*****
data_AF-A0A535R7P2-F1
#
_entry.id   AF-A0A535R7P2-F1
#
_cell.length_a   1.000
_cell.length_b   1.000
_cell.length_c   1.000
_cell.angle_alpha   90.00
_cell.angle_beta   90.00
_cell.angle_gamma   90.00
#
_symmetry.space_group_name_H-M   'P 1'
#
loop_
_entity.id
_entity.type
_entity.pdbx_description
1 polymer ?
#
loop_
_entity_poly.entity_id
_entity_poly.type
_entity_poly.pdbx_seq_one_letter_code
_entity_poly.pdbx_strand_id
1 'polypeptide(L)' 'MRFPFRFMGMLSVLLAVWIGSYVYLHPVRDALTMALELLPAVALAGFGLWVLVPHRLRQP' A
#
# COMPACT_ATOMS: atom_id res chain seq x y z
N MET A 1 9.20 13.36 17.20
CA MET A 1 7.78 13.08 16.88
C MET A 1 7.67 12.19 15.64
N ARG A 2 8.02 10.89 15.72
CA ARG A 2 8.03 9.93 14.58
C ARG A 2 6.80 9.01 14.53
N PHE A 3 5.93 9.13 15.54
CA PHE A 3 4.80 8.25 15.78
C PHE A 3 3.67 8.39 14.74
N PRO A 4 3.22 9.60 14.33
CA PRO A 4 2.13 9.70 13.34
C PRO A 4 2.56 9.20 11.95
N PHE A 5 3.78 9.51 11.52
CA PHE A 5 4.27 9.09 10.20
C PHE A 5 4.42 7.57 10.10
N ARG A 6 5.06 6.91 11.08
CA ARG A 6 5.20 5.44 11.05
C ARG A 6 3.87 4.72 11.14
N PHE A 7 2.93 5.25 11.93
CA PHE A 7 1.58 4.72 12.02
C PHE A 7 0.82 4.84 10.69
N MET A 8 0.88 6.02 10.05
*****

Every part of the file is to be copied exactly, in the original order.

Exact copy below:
data_AF-A0A535R7P2-F1
#
_entry.id   AF-A0A535R7P2-F1
#
_cell.length_a   1.000
_cell.length_b   1.000
_cell.length_c   1.000
_cell.angle_alpha   90.00
_cell.angle_beta   90.00
_cell.angle_gamma   90.00
#
_symmetry.space_group_name_H-M   'P 1'
#
loop_
_entity.id
_entity.type
_entity.pdbx_description
1 polymer ?
#
loop_
_entity_poly.entity_id
_entity_poly.type
_entity_poly.pdbx_seq_one_letter_code
_entity_poly.pdbx_strand_id
1 'polypeptide(L)' 'MRFPFRFMGMLSVLLAVWIGSYVYLHPVRDALTMALELLPAVALAGFGLWVLVPHRLRQP' A
#
# COMPACT_ATOMS: atom_id res chain seq x y z
N MET A 1 9.20 13.36 17.20
CA MET A 1 7.78 13.08 16.88
C MET A 1 7.67 12.19 15.64
N ARG A 2 8.02 10.89 15.72
CA ARG A 2 8.03 9.93 14.58
C ARG A 2 6.80 9.01 14.53
N PHE A 3 5.93 9.13 15.54
CA PHE A 3 4.80 8.25 15.78
C PHE A 3 3.67 8.39 14.74
N PRO A 4 3.22 9.60 14.33
CA PRO A 4 2.13 9.70 13.34
C PRO A 4 2.56 9.20 11.95
N PHE A 5 3.78 9.51 11.52
CA PHE A 5 4.27 9.09 10.20
C PHE A 5 4.42 7.57 10.10
N ARG A 6 5.06 6.91 11.08
CA ARG A 6 5.20 5.44 11.05
C ARG A 6 3.87 4.72 11.14
N PHE A 7 2.93 5.25 11.93
CA PHE A 7 1.58 4.72 12.02
C PHE A 7 0.82 4.84 10.69
N MET A 8 0.88 6.02 10.05